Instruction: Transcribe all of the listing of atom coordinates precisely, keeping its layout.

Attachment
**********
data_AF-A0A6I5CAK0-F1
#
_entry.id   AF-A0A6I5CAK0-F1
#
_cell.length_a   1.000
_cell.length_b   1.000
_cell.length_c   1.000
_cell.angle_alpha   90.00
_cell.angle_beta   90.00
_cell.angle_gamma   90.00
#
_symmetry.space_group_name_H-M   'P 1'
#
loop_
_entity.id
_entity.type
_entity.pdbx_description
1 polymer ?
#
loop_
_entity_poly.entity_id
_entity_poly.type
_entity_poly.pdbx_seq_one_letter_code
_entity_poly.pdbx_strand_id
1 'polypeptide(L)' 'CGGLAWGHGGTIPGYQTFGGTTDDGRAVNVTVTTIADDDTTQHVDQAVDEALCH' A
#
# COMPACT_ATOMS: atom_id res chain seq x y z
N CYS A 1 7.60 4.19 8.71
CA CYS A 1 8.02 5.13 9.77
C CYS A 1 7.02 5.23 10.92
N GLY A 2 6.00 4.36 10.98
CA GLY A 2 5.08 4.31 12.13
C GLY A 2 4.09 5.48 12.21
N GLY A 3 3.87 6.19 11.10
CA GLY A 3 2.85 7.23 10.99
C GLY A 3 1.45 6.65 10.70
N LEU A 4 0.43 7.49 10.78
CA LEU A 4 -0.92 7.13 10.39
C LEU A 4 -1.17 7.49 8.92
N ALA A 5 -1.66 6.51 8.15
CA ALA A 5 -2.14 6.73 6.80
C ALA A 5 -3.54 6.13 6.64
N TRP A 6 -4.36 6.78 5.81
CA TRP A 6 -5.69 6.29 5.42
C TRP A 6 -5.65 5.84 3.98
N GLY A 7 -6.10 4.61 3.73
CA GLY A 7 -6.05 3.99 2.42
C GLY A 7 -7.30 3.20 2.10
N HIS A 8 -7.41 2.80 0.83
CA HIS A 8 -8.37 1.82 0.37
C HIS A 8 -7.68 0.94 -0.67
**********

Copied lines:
data_AF-A0A6I5CAK0-F1
#
_entry.id   AF-A0A6I5CAK0-F1
#
_cell.length_a   1.000
_cell.length_b   1.000
_cell.length_c   1.000
_cell.angle_alpha   90.00
_cell.angle_beta   90.00
_cell.angle_gamma   90.00
#
_symmetry.space_group_name_H-M   'P 1'
#
loop_
_entity.id
_entity.type
_entity.pdbx_description
1 polymer ?
#
loop_
_entity_poly.entity_id
_entity_poly.type
_entity_poly.pdbx_seq_one_letter_code
_entity_poly.pdbx_strand_id
1 'polypeptide(L)' 'CGGLAWGHGGTIPGYQTFGGTTDDGRAVNVTVTTIADDDTTQHVDQAVDEALCH' A
#
# COMPACT_ATOMS: atom_id res chain seq x y z
N CYS A 1 7.60 4.19 8.71
CA CYS A 1 8.02 5.13 9.77
C CYS A 1 7.02 5.23 10.92
N GLY A 2 6.00 4.36 10.98
CA GLY A 2 5.08 4.31 12.13
C GLY A 2 4.09 5.48 12.21
N GLY A 3 3.87 6.19 11.10
CA GLY A 3 2.85 7.23 10.99
C GLY A 3 1.45 6.65 10.70
N LEU A 4 0.43 7.49 10.78
CA LEU A 4 -0.92 7.13 10.39
C LEU A 4 -1.17 7.49 8.92
N ALA A 5 -1.66 6.51 8.15
CA ALA A 5 -2.14 6.73 6.80
C ALA A 5 -3.54 6.13 6.64
N TRP A 6 -4.36 6.78 5.81
CA TRP A 6 -5.69 6.29 5.42
C TRP A 6 -5.65 5.84 3.98
N GLY A 7 -6.10 4.61 3.73
CA GLY A 7 -6.05 3.99 2.42
C GLY A 7 -7.30 3.20 2.10
N HIS A 8 -7.41 2.80 0.83
CA HIS A 8 -8.37 1.82 0.37
C HIS A 8 -7.68 0.94 -0.67